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Thread: OS X Is No Longer On My Main System, But I Already Have Regrets

  1. #121
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    Quote Originally Posted by Michael_S View Post

    Users dislike change. As I think I said earlier, the people angriest about the changes in Microsoft Windows 8 were the Microsoft fans. So you want to help adoption of Linux? Give yourself the biggest possible target audience and make your default desktop look like a prettier version of Windows 7. That's exactly what Cinnamon and RazorQt do, and I wouldn't be surprised if they become the two most popular Linux desktop environments in the next five years.
    I work at a Microsoft certified company that mostly does repairs for other businesses. Lots of the time when they start having trouble they think, if they just switch to Mac they won't be having these issues. I generally have to remind them that their computer was really old, and be paid like half the price for it too.

    But the point I'm getting at is how common it is to hear this, like there's a public consensus that switching to something other than Windows fixes the problem. They are right in a way, and it shows once again why Ubuntu is so popular. It's very similar to a mac in UI.

    The problem Windows has right now is they need to ditch legacy stuff entirely. But then they'd have almost no programs. Windows programs are it's own poison.

  2. #122
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    Quote Originally Posted by Sonadow View Post
    IYou don't get this kind of special treatment with Linux; everything goes to the bugzilla where you have to wait for the developers to successfully recreate the issue so that it can be pushed with a general update package for all users. Which is not acceptable for an enterprise environment.
    If you are using a properly licensed RHEL you would get the same treatment.

  3. #123
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    Quote Originally Posted by Sonadow View Post
    The dept wrote to OEM for help since it only affected their machines, but the OEM claimed that it was a Windows issue and they were unable to assist. So we had no choice but to ask Microsoft. In 4 days Microsoft sent down a specially written patch that solved the problem.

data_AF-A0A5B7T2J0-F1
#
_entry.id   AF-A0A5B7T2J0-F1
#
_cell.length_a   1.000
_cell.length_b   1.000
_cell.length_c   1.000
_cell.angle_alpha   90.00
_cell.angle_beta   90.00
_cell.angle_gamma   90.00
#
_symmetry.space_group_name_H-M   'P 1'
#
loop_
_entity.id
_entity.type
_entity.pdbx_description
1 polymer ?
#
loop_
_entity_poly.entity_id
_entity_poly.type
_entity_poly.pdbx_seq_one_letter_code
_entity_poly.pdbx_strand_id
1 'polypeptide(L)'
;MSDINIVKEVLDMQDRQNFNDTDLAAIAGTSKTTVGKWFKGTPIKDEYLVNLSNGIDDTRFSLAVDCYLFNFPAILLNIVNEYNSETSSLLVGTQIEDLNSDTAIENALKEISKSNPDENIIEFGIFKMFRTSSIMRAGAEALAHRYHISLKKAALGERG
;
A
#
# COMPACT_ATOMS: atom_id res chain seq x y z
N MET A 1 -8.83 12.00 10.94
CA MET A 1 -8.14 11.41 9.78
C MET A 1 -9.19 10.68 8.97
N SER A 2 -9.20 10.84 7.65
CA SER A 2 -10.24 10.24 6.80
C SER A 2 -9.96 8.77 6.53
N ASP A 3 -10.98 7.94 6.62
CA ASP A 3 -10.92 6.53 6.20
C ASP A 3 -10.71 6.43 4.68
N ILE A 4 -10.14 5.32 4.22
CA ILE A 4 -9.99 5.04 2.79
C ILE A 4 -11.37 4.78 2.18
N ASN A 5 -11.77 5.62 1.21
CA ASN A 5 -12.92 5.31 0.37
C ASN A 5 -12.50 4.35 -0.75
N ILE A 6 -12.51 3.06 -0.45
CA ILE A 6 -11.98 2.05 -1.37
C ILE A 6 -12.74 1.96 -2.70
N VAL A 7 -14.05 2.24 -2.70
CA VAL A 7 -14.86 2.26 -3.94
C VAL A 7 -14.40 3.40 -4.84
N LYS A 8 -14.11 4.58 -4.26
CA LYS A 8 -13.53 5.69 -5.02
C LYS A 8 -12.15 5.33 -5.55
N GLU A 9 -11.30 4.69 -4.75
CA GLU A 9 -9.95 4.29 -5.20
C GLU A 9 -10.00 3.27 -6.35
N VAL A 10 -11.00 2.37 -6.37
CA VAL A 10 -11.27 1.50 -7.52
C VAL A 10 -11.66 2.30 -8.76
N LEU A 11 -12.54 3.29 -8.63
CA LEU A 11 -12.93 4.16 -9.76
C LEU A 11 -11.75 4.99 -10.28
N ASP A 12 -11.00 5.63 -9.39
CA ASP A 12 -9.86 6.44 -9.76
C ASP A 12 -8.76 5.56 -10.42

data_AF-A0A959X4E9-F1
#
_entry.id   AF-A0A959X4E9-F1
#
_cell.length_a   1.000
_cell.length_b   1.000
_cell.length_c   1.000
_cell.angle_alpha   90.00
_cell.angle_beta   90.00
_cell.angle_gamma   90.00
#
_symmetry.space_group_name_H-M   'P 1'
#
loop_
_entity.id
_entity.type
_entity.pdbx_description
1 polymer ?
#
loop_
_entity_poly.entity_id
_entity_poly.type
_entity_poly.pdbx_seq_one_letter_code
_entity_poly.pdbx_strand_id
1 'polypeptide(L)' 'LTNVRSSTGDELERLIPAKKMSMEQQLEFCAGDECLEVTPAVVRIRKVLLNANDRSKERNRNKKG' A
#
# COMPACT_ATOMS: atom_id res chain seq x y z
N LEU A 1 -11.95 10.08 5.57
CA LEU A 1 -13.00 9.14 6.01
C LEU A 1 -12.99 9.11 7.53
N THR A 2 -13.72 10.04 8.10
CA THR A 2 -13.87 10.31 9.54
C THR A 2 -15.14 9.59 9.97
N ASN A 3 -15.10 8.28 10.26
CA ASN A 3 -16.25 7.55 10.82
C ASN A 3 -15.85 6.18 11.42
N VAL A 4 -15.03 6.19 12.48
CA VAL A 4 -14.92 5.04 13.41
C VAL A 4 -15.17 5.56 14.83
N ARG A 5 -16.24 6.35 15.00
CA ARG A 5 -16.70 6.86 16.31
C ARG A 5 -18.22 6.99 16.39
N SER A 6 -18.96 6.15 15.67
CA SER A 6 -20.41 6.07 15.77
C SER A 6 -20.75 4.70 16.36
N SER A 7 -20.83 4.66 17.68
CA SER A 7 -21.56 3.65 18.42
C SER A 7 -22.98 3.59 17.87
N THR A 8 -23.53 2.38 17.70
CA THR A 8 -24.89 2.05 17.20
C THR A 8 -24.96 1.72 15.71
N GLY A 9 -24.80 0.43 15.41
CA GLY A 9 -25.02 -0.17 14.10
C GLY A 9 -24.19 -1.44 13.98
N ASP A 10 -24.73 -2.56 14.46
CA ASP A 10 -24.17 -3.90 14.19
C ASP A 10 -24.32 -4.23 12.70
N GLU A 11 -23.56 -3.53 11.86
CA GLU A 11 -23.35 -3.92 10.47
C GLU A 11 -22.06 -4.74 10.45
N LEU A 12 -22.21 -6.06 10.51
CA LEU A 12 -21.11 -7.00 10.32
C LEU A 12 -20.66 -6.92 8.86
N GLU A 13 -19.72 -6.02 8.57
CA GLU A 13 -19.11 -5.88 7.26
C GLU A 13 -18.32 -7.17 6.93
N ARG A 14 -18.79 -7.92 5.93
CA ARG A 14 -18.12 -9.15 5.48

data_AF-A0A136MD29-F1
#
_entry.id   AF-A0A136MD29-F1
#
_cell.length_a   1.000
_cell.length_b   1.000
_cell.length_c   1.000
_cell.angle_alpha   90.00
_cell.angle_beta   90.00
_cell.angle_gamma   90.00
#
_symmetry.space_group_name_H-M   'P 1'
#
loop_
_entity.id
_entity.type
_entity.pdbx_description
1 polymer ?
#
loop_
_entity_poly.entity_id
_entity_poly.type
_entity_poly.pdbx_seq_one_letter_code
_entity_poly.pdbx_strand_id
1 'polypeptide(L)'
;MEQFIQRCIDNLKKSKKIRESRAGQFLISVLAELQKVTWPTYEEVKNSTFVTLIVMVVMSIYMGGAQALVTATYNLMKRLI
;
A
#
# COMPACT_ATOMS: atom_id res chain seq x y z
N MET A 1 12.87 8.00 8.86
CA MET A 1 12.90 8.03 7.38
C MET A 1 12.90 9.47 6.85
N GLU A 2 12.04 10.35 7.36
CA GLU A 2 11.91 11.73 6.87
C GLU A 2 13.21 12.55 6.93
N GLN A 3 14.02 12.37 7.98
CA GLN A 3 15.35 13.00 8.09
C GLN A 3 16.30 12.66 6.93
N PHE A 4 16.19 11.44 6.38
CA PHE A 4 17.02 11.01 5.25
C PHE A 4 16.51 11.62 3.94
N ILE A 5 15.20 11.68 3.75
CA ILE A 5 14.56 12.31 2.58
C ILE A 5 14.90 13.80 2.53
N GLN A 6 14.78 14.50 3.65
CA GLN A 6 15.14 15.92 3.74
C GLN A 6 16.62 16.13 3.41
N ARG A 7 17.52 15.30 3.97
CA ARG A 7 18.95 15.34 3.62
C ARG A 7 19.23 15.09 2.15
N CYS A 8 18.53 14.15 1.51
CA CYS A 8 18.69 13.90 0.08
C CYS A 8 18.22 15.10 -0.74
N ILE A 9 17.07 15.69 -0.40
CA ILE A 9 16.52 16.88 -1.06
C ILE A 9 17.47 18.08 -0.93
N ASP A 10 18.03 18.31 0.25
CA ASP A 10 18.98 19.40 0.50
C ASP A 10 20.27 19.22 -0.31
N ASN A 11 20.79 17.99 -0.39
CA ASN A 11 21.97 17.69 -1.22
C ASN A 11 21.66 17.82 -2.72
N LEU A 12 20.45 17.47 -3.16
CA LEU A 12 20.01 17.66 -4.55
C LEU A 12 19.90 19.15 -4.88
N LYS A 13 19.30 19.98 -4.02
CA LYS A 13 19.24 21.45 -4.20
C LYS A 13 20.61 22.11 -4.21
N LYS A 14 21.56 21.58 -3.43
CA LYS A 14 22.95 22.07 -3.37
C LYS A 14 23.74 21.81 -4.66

You don't get this kind of special treatment with Linux; everything goes to the bugzilla where you have to wait for the developers to successfully recreate the issue so that it can be pushed with a general update package for all users. Which is not acceptable for an enterprise environment.
    If you are paying as much for an Enterprise distro as they were paying Microsoft (Microsoft does not send patches to just about any consumer), I'm pretty sure you'll get this kind of special treatment.

  4. #124
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    Quote Originally Posted by profoundWHALE View Post
    I work at a Microsoft certified company that mostly does repairs for other businesses. Lots of the time when they start having trouble they think, if they just switch to Mac they won't be having these issues. I generally have to remind them that their computer was really old, and be paid like half the price for it too.

    But the point I'm getting at is how common it is to hear this, like there's a public consensus that switching to something other than Windows fixes the problem. They are right in a way, and it shows once again why Ubuntu is so popular. It's very similar to a mac in UI.

    The problem Windows has right now is they need to ditch legacy stuff entirely. But then they'd have almost no programs. Windows programs are it's own poison.
    I know it's an unpopular position to hold, but I think that the latest Microsoft stuff is largely pretty good, technologically speaking. I prefer to use alternatives for political reasons, not technical ones.

    And the legacy support that Microsoft does is their goose that laid the golden egg. Big enterprise customers want to run their apps written in Visual Basic and their ASP intranet websites targeted at IE6 until hell freezes over, and to retrain users as little as possible. Microsoft might take a revolutionary technological step forward by dumping all of their legacy support, but they really believe it would probably alienate more customers than it would gain. I suspect they're right - even as Slashdot and a dozen other open source sites have celebrated each Microsoft press release as a sign that the company is about to implode, their revenue from Office and related services just keeps going up.

  5. #125
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    Quote Originally Posted by liam View Post
    This is why fedora is making reliable and easy rollbacks a priority for the desktop. It's something that all distros should be working on. in addition there is the problem of in place updates (I'm not sure how dist-upgrade works but I'd assume it downloads everything and reboots you to a safe initrd to provide a safe upgrade environment but given your problems with X I suspect it used some shortcuts).